Kanye West’s new style: “Jesus is King”


Kanye West’s “Jesus is King” showcases a new side of the artist.

Jamison Joyce, Memorial Contributing Writer

Since the release of his first studio album in 2004, Rapper Kanye West has debuted nine consecutive studio albums at number one on the Billboard 200 charts. West began his career as a producer for rapper Jay-Z in 2001 and shortly took up rap. Throughout his career he has received many different criticisms for his work in the music and fashion industry and his political views.

Recently, West has taken a newfound faith in Christianity, which has dramatically changed his personality and music. Before the release of his most recent album “Jesus is King” West even considered giving up his rap career saying it was “the devil’s music.” Despite this thinking,West released his first project since transitioning to making Christian music.

In track one “Every Hour,” West’s Sunday Service Choir delivers a soulful introduction that sounds like it came straight out of a church praise and worship ceremony. The message of needing God’s love at all times is clearly conveyed and the choir shows their harmonious vocals in this track for the first of many times.

West touches on many of his fans not taking his proposal to release a gospel album seriously on track two’s “Selah” where he says “before the flood people judge.” He explains his devotion to Christ and says he feels free and that he won’t be in bondage.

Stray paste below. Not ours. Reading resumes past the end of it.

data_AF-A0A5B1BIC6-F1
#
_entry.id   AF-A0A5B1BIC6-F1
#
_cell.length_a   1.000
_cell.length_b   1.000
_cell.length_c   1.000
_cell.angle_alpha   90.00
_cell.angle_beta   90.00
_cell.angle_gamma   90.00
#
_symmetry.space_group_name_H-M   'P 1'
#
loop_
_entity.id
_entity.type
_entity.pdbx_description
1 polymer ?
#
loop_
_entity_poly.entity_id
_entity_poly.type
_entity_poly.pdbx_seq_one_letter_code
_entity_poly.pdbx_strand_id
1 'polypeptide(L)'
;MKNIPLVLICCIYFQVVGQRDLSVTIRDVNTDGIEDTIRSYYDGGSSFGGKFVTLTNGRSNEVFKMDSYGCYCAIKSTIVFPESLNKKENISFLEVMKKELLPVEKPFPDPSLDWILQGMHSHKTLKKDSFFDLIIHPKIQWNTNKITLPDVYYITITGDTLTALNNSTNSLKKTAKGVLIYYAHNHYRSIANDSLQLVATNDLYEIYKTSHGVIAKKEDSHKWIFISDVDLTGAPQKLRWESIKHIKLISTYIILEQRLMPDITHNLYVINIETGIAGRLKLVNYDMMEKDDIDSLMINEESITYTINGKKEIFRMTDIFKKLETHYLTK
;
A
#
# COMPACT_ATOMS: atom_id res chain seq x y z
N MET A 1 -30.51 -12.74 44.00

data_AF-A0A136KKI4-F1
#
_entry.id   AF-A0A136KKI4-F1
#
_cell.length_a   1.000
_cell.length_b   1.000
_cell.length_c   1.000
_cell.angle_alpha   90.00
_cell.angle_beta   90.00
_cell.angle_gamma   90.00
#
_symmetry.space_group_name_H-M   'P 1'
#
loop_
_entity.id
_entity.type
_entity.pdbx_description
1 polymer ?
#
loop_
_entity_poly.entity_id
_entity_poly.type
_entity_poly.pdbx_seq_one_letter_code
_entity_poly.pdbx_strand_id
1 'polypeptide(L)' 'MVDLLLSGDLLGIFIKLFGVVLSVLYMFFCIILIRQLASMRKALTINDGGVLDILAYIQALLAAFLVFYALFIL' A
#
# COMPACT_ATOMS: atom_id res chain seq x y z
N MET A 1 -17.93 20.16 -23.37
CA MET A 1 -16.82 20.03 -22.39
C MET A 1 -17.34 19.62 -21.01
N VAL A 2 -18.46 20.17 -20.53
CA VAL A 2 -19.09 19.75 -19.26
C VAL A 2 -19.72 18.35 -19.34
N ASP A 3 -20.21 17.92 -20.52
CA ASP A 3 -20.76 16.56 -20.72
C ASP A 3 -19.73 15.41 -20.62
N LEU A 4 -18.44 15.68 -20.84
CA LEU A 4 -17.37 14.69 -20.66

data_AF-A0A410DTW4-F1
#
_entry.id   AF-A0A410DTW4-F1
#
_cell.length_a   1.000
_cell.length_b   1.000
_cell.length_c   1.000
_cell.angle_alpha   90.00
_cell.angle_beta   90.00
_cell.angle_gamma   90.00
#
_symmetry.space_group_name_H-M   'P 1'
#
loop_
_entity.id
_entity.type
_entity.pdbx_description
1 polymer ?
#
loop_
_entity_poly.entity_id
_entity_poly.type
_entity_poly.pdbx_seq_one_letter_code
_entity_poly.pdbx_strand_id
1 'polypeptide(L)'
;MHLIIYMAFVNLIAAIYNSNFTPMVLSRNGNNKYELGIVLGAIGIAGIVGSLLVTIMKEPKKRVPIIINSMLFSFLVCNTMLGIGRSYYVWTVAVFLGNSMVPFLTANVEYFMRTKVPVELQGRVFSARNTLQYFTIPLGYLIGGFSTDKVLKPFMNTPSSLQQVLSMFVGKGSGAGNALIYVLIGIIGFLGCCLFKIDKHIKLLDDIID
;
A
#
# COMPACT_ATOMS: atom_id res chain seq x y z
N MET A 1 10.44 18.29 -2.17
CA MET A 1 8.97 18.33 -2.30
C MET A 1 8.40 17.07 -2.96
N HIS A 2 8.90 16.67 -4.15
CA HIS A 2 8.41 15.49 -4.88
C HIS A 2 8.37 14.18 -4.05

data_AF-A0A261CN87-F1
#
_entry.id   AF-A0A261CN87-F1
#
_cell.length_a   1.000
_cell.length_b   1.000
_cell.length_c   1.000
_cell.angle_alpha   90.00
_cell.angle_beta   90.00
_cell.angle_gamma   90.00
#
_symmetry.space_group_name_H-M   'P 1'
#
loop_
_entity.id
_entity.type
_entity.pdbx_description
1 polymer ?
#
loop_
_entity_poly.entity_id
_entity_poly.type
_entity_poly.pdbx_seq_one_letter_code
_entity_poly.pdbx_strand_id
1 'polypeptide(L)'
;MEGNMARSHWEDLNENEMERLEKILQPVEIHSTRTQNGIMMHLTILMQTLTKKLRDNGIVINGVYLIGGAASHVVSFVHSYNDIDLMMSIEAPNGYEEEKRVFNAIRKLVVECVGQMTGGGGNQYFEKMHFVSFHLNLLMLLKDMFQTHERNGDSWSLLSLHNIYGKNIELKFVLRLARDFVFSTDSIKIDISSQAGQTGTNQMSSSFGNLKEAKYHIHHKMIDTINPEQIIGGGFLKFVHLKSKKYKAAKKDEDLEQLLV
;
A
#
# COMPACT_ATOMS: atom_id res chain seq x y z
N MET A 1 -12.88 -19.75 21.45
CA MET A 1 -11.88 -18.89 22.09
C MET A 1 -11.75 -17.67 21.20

Tracks three, four and five are remnants of West’s old style of music and show many similarities. West’s tone of voice on track three “Follow God” strikes a resemblance to West’s previous works on projects like “Yeezus” and “The Life of Pablo.” The catchy lines and delivery on track four “Closed on Sunday” display West’s trademark style of rapping. Track five “On God” produced by producer Pierre Bourne displays another staple of West’s; the use of synthesizers in his beats.

With the release of “Jesus is King” West has used more vocal performances and samples on various tracks like “Everything We Need feat. Ty Dolla Sign” “Water” and “God is.” this album contains West’s best vocal performance in his entire career.

Overall, the messages conveyed through out this album and what West stands for is very admirable despite the negative criticism he has received. From the standpoint of someone who wants to enjoy it musically and is not as concerned about the message this isn’t West’s best work and at times came off as a little corny and rushed that being said while listening to this album keep in mind that West had changed the style of his music significantly with the release of this album and has made a big transition. It is refreshing to hear a positive message in mainstream rap music as opposed to the typical themes you may hear.


Contact Jamison Joyce at [email protected]